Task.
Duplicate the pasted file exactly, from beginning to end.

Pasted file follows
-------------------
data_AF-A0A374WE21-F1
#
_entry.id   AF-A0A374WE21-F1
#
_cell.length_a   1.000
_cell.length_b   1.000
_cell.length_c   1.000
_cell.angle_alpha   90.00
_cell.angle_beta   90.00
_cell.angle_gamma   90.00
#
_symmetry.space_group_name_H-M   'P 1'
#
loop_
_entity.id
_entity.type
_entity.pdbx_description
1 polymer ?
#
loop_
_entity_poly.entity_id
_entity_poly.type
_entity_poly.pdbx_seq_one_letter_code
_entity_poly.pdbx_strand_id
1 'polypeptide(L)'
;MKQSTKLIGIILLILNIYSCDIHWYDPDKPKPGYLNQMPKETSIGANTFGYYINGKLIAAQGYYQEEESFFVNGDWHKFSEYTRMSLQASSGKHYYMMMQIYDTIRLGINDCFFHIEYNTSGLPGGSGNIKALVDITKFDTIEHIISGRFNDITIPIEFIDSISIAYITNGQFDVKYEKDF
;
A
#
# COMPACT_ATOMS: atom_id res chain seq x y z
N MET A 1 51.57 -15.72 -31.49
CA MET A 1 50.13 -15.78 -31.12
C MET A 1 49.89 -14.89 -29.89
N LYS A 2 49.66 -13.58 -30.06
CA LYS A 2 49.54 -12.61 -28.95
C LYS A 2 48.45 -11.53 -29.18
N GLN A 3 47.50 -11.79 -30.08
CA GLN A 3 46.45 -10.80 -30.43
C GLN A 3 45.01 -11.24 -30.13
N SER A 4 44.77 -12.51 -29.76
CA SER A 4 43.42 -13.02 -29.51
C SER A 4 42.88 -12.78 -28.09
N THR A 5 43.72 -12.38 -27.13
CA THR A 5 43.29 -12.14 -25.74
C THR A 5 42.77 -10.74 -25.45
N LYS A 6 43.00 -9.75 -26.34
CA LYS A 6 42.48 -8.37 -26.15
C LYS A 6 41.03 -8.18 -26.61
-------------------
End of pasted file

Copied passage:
data_AF-A0A374WE21-F1
#
_entry.id   AF-A0A374WE21-F1
#
_cell.length_a   1.000
_cell.length_b   1.000
_cell.length_c   1.000
_cell.angle_alpha   90.00
_cell.angle_beta   90.00
_cell.angle_gamma   90.00
#
_symmetry.space_group_name_H-M   'P 1'
#
loop_
_entity.id
_entity.type
_entity.pdbx_description
1 polymer ?
#
loop_
_entity_poly.entity_id
_entity_poly.type
_entity_poly.pdbx_seq_one_letter_code
_entity_poly.pdbx_strand_id
1 'polypeptide(L)'
;MKQSTKLIGIILLILNIYSCDIHWYDPDKPKPGYLNQMPKETSIGANTFGYYINGKLIAAQGYYQEEESFFVNGDWHKFSEYTRMSLQASSGKHYYMMMQIYDTIRLGINDCFFHIEYNTSGLPGGSGNIKALVDITKFDTIEHIISGRFNDITIPIEFIDSISIAYITNGQFDVKYEKDF
;
A
#
# COMPACT_ATOMS: atom_id res chain seq x y z
N MET A 1 51.57 -15.72 -31.49
CA MET A 1 50.13 -15.78 -31.12
C MET A 1 49.89 -14.89 -29.89
N LYS A 2 49.66 -13.58 -30.06
CA LYS A 2 49.54 -12.61 -28.95
C LYS A 2 48.45 -11.53 -29.18
N GLN A 3 47.50 -11.79 -30.08
CA GLN A 3 46.45 -10.80 -30.43
C GLN A 3 45.01 -11.24 -30.13
N SER A 4 44.77 -12.51 -29.76
CA SER A 4 43.42 -13.02 -29.51
C SER A 4 42.88 -12.78 -28.09
N THR A 5 43.72 -12.38 -27.13
CA THR A 5 43.29 -12.14 -25.74
C THR A 5 42.77 -10.74 -25.45
N LYS A 6 43.00 -9.75 -26.34
CA LYS A 6 42.48 -8.37 -26.15
C LYS A 6 41.03 -8.18 -26.61